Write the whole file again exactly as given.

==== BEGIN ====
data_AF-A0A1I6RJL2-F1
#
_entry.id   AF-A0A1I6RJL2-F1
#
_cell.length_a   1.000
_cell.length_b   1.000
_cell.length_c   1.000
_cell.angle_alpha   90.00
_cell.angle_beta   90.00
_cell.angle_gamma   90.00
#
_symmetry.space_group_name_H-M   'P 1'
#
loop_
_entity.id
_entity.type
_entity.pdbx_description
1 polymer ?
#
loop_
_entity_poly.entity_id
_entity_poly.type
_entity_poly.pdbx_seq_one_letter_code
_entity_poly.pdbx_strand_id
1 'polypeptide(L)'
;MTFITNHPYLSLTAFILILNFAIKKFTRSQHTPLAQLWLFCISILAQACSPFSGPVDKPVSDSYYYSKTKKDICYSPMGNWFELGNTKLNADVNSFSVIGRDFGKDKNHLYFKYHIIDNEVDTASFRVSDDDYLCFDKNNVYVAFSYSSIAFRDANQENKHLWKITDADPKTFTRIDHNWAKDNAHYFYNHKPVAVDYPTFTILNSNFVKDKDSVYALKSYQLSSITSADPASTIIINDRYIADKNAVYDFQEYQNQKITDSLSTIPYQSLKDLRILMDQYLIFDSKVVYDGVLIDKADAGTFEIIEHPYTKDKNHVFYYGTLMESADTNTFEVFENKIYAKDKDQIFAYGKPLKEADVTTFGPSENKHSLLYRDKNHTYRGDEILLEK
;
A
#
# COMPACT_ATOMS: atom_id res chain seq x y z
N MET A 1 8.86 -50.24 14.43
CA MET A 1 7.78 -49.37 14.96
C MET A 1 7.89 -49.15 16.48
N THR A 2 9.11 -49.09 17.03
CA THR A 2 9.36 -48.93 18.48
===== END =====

data_AF-A0A1I6RJL2-F1
#
_entry.id   AF-A0A1I6RJL2-F1
#
_cell.length_a   1.000
_cell.length_b   1.000
_cell.length_c   1.000
_cell.angle_alpha   90.00
_cell.angle_beta   90.00
_cell.angle_gamma   90.00
#
_symmetry.space_group_name_H-M   'P 1'
#
loop_
_entity.id
_entity.type
_entity.pdbx_description
1 polymer ?
#
loop_
_entity_poly.entity_id
_entity_poly.type
_entity_poly.pdbx_seq_one_letter_code
_entity_poly.pdbx_strand_id
1 'polypeptide(L)'
;MTFITNHPYLSLTAFILILNFAIKKFTRSQHTPLAQLWLFCISILAQACSPFSGPVDKPVSDSYYYSKTKKDICYSPMGNWFELGNTKLNADVNSFSVIGRDFGKDKNHLYFKYHIIDNEVDTASFRVSDDDYLCFDKNNVYVAFSYSSIAFRDANQENKHLWKITDADPKTFTRIDHNWAKDNAHYFYNHKPVAVDYPTFTILNSNFVKDKDSVYALKSYQLSSITSADPASTIIINDRYIADKNAVYDFQEYQNQKITDSLSTIPYQSLKDLRILMDQYLIFDSKVVYDGVLIDKADAGTFEIIEHPYTKDKNHVFYYGTLMESADTNTFEVFENKIYAKDKDQIFAYGKPLKEADVTTFGPSENKHSLLYRDKNHTYRGDEILLEK
;
A
#
# COMPACT_ATOMS: atom_id res chain seq x y z
N MET A 1 8.86 -50.24 14.43
CA MET A 1 7.78 -49.37 14.96
C MET A 1 7.89 -49.15 16.48
N THR A 2 9.11 -49.09 17.03
CA THR A 2 9.36 -48.93 18.48